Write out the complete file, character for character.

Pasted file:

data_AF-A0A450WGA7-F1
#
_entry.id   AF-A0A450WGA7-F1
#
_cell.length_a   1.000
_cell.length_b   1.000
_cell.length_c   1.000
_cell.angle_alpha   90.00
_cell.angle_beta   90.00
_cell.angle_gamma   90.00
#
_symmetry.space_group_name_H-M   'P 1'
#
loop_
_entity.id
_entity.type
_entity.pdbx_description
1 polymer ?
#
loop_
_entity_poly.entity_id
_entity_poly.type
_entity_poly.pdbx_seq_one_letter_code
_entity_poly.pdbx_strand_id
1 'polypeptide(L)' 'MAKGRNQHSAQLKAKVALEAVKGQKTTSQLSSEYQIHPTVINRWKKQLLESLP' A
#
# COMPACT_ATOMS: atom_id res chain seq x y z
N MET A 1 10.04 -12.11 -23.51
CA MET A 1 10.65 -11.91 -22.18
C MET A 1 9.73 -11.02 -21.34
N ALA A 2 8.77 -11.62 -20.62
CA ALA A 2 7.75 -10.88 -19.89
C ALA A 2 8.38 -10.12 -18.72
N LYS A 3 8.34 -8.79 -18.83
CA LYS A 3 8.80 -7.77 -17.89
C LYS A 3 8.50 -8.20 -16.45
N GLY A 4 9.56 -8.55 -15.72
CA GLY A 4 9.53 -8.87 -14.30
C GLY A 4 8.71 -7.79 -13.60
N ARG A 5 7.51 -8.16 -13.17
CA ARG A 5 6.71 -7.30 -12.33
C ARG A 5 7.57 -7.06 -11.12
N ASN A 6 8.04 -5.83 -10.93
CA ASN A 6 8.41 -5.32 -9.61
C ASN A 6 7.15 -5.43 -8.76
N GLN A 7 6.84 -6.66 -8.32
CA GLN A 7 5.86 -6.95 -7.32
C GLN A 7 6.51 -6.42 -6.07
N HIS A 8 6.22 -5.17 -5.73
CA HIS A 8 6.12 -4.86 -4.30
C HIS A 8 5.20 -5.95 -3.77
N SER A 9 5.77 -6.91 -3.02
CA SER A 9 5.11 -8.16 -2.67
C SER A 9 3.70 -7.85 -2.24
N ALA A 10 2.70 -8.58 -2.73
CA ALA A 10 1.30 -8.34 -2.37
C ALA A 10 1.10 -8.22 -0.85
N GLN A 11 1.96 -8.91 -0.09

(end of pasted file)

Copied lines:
data_AF-A0A450WGA7-F1
#
_entry.id   AF-A0A450WGA7-F1
#
_cell.length_a   1.000
_cell.length_b   1.000
_cell.length_c   1.000
_cell.angle_alpha   90.00
_cell.angle_beta   90.00
_cell.angle_gamma   90.00
#
_symmetry.space_group_name_H-M   'P 1'
#
loop_
_entity.id
_entity.type
_entity.pdbx_description
1 polymer ?
#
loop_
_entity_poly.entity_id
_entity_poly.type
_entity_poly.pdbx_seq_one_letter_code
_entity_poly.pdbx_strand_id
1 'polypeptide(L)' 'MAKGRNQHSAQLKAKVALEAVKGQKTTSQLSSEYQIHPTVINRWKKQLLESLP' A
#
# COMPACT_ATOMS: atom_id res chain seq x y z
N MET A 1 10.04 -12.11 -23.51
CA MET A 1 10.65 -11.91 -22.18
C MET A 1 9.73 -11.02 -21.34
N ALA A 2 8.77 -11.62 -20.62
CA ALA A 2 7.75 -10.88 -19.89
C ALA A 2 8.38 -10.12 -18.72
N LYS A 3 8.34 -8.79 -18.83
CA LYS A 3 8.80 -7.77 -17.89
C LYS A 3 8.50 -8.20 -16.45
N GLY A 4 9.56 -8.55 -15.72
CA GLY A 4 9.53 -8.87 -14.30
C GLY A 4 8.71 -7.79 -13.60
N ARG A 5 7.51 -8.16 -13.17
CA ARG A 5 6.71 -7.30 -12.33
C ARG A 5 7.57 -7.06 -11.12
N ASN A 6 8.04 -5.83 -10.93
CA ASN A 6 8.41 -5.32 -9.61
C ASN A 6 7.15 -5.43 -8.76
N GLN A 7 6.84 -6.66 -8.32
CA GLN A 7 5.86 -6.95 -7.32
C GLN A 7 6.51 -6.42 -6.07
N HIS A 8 6.22 -5.17 -5.73
CA HIS A 8 6.12 -4.86 -4.30
C HIS A 8 5.20 -5.95 -3.77
N SER A 9 5.77 -6.91 -3.02
CA SER A 9 5.11 -8.16 -2.67
C SER A 9 3.70 -7.85 -2.24
N ALA A 10 2.70 -8.58 -2.73
CA ALA A 10 1.30 -8.34 -2.37
C ALA A 10 1.10 -8.22 -0.85
N GLN A 11 1.96 -8.91 -0.09